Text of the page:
In 2017, while claiming to want to support low- and middle-income earners, we saw Canada Mortgage and Housing Corporation (CMHC) mortgage insurance premiums go up by 12% to 15%. Why? No inflationary reasons… leading some to assume a cash grab, perhaps?

I won’t get into all the mortgage rule changes here. There are more than 60 of them! But these are just some of the more obvious ones that cause me and many others to shake our heads in wonder!


Now, let’s get back to the winner of all the rule changes. Yup, the big six banks. So, while overall mortgage volumes have slowed, the mortgage volumes for the big six banks have skyrocketed over the past three years. The mortgage rule changes that were supposed to “benefit and protect Canadians” have benefited the BIG SIX BANKS and protected them from competition.

The consumer has less mortgage competitors from which to choose, meaning fewer products are available. Prior to 2016, there was a healthy balance of competition and profit. The end result is that consumers are now paying higher rates.

And we’re now seeing a growing secondary lender community emerging (this means higher interest rates). When you  need money, you’ll do whatever it takes… to finance your family, business, a loved one’s healthcare or other numerous reasons for needing a mortgage. You won’t just go away quietly – you’ll find that money. Even if it costs you more, you still need that money!

But how is it that our mortgage industry was so strong… record low defaults, performing loans and profitable mortgage lending companies for decades prior to any rule changes? What makes their business practices bad all of a sudden?

This is where so many experts have tried to reason and speak out against this madness. We’ve had so many industry associations visit Ottawa in a desperate attempt to halt and reverse the federal government’s course of action – including mortgage broker and real estate professionals – but it has all fallen on deaf ears. They don’t want to hear from the experts!!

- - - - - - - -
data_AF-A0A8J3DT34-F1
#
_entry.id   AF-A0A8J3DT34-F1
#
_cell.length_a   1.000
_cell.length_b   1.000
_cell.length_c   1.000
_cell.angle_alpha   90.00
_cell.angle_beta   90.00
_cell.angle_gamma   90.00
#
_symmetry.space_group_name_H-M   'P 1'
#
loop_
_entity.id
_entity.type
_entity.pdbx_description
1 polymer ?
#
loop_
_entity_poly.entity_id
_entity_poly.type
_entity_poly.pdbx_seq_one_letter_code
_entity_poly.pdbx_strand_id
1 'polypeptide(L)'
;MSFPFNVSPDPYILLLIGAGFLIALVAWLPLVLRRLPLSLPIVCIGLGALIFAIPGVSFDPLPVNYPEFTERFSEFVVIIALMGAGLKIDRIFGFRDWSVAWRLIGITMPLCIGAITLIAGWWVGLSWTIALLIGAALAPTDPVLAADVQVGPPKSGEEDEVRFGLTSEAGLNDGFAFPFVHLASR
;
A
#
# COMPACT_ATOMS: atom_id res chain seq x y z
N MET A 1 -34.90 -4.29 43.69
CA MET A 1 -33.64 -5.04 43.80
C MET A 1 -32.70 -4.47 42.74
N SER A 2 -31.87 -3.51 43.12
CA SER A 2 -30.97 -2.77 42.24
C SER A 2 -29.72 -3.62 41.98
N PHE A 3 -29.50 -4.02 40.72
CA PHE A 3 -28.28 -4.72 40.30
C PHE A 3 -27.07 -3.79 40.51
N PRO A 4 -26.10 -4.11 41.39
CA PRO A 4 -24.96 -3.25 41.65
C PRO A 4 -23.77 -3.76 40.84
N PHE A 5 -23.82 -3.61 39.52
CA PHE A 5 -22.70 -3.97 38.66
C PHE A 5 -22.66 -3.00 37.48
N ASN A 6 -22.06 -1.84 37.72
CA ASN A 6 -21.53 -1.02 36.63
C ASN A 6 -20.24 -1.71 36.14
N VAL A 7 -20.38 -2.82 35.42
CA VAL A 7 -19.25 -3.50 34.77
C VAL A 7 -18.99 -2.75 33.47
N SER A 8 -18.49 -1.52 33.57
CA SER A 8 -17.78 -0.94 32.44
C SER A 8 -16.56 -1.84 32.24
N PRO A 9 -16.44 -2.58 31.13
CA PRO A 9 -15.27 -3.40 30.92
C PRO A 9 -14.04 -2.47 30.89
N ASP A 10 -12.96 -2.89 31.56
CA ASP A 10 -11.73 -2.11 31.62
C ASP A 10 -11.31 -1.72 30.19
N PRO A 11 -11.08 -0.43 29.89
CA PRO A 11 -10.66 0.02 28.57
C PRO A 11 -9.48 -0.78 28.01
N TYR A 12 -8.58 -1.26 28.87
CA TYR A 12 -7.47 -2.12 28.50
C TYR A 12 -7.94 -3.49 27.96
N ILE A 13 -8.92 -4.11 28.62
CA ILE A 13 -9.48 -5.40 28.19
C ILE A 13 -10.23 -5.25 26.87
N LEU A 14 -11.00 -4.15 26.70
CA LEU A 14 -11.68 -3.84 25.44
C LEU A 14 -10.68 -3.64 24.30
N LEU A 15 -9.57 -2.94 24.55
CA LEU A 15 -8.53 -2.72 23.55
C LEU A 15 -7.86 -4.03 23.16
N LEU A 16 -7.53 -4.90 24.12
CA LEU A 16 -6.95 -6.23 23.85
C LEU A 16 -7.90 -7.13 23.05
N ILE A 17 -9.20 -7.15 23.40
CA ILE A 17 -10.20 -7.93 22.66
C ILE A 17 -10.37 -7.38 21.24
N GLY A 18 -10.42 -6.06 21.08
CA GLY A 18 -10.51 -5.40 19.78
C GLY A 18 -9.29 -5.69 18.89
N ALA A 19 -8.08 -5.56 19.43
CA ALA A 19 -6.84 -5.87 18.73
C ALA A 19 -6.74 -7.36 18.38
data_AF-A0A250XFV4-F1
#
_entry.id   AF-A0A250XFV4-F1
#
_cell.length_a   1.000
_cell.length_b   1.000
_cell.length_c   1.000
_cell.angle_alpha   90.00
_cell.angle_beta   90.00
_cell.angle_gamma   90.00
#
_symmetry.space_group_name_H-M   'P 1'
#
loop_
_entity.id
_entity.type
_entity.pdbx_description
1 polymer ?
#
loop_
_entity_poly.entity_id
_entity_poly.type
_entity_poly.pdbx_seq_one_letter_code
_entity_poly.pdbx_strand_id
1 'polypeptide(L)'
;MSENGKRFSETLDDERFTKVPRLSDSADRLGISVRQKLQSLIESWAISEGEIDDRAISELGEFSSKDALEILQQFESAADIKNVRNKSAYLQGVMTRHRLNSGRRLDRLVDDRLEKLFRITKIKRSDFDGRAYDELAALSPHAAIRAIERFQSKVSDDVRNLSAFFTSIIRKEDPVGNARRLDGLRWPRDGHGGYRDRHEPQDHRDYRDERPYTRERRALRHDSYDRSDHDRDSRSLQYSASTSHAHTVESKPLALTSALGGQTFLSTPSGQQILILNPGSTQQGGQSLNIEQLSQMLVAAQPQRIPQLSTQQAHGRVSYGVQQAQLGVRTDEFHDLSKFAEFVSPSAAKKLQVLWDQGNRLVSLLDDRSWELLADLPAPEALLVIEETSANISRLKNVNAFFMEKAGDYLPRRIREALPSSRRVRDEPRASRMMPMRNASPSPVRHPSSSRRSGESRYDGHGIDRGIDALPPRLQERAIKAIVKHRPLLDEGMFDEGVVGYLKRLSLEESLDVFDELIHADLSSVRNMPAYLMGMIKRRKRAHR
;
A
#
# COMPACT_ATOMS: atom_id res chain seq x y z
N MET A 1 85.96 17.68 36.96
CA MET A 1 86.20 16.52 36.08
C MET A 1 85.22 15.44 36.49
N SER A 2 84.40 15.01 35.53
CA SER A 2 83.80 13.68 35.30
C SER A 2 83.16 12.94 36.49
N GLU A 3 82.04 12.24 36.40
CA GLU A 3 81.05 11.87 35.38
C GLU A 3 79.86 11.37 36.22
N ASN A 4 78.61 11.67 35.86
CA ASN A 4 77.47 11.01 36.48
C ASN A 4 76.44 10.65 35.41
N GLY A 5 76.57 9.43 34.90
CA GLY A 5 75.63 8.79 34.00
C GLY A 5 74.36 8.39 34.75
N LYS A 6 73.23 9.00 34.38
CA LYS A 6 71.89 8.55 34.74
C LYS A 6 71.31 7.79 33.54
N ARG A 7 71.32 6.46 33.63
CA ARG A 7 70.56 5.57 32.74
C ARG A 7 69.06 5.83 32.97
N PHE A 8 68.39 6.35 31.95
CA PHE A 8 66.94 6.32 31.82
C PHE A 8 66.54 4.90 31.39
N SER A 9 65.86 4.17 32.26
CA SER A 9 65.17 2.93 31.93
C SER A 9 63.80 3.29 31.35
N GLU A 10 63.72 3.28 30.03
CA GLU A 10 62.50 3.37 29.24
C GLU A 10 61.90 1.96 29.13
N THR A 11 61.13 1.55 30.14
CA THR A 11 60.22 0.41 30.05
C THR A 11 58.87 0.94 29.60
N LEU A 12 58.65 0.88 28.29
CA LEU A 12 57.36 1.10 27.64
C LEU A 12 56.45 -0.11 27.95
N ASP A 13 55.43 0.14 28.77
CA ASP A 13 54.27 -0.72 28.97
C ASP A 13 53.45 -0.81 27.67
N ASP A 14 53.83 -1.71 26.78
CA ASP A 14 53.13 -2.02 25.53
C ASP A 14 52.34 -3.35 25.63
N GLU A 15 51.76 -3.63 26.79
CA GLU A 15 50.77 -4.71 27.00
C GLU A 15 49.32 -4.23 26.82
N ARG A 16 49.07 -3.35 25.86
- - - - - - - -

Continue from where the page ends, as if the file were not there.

Here are some positives takeaways. As this is an election year, we’ve seen some posturing by the current federal government hinting that they may modify the stress test.

I’ve been saying for a few years now that if housing slows too much or the government realizes that the pendulum has swung way too far towards safe lending, that you’ll finally see some back-tracking on the changes.

As someone who has held senior management positions at Canada’s biggest banks and trust companies, and as an industry insider, I’ll share one of the golden rules of lending: If you have no arrears (defaults) then your underwriting guidelines are far too tight. There is no such thing as having no arrears. Perhaps the government is aiming for perfection?

Let’s get back to common-sense lending. Leave the lending and underwriting to the experts!

Your best interest is my only interest. I reply to all questions and I welcome your comments. Like this article? Share with a friend.

Steve Garganis: 416-224-0114;

Steve Garganis View All

As an industry insider, Steve will share info that the BANKS don't want you to know. Steve has appeared on TV's Global Morning News, CBC's "Our Toronto" and The Real Life TV show. He's also been quoted in several newspapers such as the Globe and Mail, The Toronto Star, The Vancouver Sun, The Star Phoenix, etc.